Of all these travel experiences, which extend and fuel the transformations of Iranian society, let us dwell on the first aspect – women’s social empowerment – because it is the one that Fariba Aldelkhah chose to begin her book.
“Nothing is less “traditional” than this pilgrimage to Damascus. Besides the fact that it is, after all, of recent creation, it signals one of the major changes in Iranian society over the last 20 years. Once upon a time, the pilgrimage to Mecca was made almost exclusively by men and indeed community leaders, and the one to Mashhad was entirely a family business. Today, both young people and women also take to the roads to venture thousands of miles from home, not only in international space but also outside the family framework that once constituted pilgrimages. In other words, the practice of pilgrimage has been democratised, although it remains a criterion of social distinction. And from this point of view, the pilgrimage in Syria is particularly revealing of this transformation. Women are its cornerstone, both as believers accomplishing religious duties and as organisers. The initiative for setting out frequently lies within the jalaseh, the religious meetings of women which have proliferated since the revolution. In buses and in shrines themselves, chadors in black or with a flowery pattern predominate. This can be explained quite simply by the fact that women have fewer work commitments, and therefore more opportunities to get away for a fortnight. However, this interpretation is not altogether satisfactory – women also have more family and household responsibilities – and does not pinpoint the essential factor, namely the social significance of the journey itself. Thanks to this journey, women can assert themselves in the public space, acquire specific know-how, develop their own forms of sociability, burst onto the international or at least regional scene, change the social relations within families and neighborhoods, accumulate capital or independent income through the street trading in which they can indulge during the pilgrimage.”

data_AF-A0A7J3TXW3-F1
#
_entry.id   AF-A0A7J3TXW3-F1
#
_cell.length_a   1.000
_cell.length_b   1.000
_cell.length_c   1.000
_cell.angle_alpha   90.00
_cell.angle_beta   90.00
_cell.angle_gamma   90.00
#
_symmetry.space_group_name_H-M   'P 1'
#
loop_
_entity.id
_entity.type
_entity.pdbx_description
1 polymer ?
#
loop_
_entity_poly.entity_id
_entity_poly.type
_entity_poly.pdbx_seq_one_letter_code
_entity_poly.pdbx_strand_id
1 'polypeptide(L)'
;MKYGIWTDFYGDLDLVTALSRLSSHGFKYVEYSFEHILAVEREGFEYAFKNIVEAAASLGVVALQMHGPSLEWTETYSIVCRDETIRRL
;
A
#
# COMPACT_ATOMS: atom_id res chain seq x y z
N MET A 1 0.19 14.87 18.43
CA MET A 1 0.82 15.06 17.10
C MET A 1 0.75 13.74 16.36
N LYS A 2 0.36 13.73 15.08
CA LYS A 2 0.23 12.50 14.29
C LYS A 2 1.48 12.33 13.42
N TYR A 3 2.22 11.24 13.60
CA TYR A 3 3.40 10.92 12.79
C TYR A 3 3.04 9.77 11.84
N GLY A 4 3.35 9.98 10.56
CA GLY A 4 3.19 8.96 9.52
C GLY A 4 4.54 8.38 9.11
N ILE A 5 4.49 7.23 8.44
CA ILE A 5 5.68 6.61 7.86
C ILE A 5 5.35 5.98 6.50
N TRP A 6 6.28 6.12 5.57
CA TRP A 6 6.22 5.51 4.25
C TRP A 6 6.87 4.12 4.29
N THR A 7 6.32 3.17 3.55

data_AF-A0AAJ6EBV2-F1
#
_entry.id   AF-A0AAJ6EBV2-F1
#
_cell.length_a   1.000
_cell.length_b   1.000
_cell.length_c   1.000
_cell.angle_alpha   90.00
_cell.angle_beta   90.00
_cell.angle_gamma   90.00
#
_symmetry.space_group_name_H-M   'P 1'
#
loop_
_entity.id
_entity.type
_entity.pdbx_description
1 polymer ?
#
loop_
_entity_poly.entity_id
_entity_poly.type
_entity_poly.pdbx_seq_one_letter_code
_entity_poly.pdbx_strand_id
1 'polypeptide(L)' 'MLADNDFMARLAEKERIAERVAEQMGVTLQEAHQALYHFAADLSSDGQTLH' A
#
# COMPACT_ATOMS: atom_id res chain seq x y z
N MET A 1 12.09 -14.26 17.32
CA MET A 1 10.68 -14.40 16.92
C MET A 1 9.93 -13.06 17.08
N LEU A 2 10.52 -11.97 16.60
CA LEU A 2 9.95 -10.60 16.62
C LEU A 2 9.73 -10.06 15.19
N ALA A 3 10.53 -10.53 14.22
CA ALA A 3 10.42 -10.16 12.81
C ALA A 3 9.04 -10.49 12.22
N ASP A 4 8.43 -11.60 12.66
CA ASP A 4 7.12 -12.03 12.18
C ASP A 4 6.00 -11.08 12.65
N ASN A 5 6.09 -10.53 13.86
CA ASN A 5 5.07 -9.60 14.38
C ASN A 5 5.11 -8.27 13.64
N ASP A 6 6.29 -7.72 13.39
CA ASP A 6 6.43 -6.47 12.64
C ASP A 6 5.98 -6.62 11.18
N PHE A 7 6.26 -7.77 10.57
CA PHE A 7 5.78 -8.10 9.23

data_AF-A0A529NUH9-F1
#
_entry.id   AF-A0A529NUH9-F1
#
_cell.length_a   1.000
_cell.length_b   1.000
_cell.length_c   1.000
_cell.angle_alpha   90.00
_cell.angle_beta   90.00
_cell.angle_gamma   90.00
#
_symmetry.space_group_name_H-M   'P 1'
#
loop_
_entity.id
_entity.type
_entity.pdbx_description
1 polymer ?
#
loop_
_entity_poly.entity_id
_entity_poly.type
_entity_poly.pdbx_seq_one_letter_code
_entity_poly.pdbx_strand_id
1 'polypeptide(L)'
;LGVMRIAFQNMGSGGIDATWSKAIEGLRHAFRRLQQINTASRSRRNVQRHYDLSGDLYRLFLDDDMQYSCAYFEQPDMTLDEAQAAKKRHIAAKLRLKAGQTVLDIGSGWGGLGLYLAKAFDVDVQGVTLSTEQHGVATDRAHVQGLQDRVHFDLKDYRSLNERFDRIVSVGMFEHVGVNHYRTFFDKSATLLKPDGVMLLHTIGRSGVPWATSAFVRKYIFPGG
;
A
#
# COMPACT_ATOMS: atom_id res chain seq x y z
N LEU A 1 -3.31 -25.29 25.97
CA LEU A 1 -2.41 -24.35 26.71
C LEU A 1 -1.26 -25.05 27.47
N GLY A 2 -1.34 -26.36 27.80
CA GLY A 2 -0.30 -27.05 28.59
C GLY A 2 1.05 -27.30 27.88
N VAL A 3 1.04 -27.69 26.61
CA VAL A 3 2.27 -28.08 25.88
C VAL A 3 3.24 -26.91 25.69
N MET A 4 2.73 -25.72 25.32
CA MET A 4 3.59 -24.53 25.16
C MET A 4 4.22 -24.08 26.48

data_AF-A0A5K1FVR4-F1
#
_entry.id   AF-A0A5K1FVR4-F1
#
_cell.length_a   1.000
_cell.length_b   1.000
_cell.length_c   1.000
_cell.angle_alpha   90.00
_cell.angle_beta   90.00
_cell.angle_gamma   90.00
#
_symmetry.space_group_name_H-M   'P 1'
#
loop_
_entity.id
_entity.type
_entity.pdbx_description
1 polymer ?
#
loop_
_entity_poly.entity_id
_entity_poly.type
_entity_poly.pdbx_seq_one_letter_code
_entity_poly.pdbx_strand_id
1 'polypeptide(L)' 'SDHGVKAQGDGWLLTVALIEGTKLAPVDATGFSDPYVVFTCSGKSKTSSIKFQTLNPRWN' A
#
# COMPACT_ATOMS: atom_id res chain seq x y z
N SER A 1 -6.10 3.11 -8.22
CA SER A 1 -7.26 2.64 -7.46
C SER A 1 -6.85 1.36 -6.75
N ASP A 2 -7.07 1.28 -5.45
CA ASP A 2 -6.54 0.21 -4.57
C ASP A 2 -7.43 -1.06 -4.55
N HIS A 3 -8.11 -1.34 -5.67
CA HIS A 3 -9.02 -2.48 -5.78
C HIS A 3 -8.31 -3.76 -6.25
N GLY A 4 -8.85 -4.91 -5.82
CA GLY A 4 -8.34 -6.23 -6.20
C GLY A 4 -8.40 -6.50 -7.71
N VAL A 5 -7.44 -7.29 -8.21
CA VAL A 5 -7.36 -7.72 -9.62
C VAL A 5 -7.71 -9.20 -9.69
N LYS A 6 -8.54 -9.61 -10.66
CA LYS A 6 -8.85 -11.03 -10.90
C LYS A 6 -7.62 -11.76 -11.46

Fariba Adelkhah describes the female guides and organisers who lead this two-week trip, including four bus days to get there and four to get back.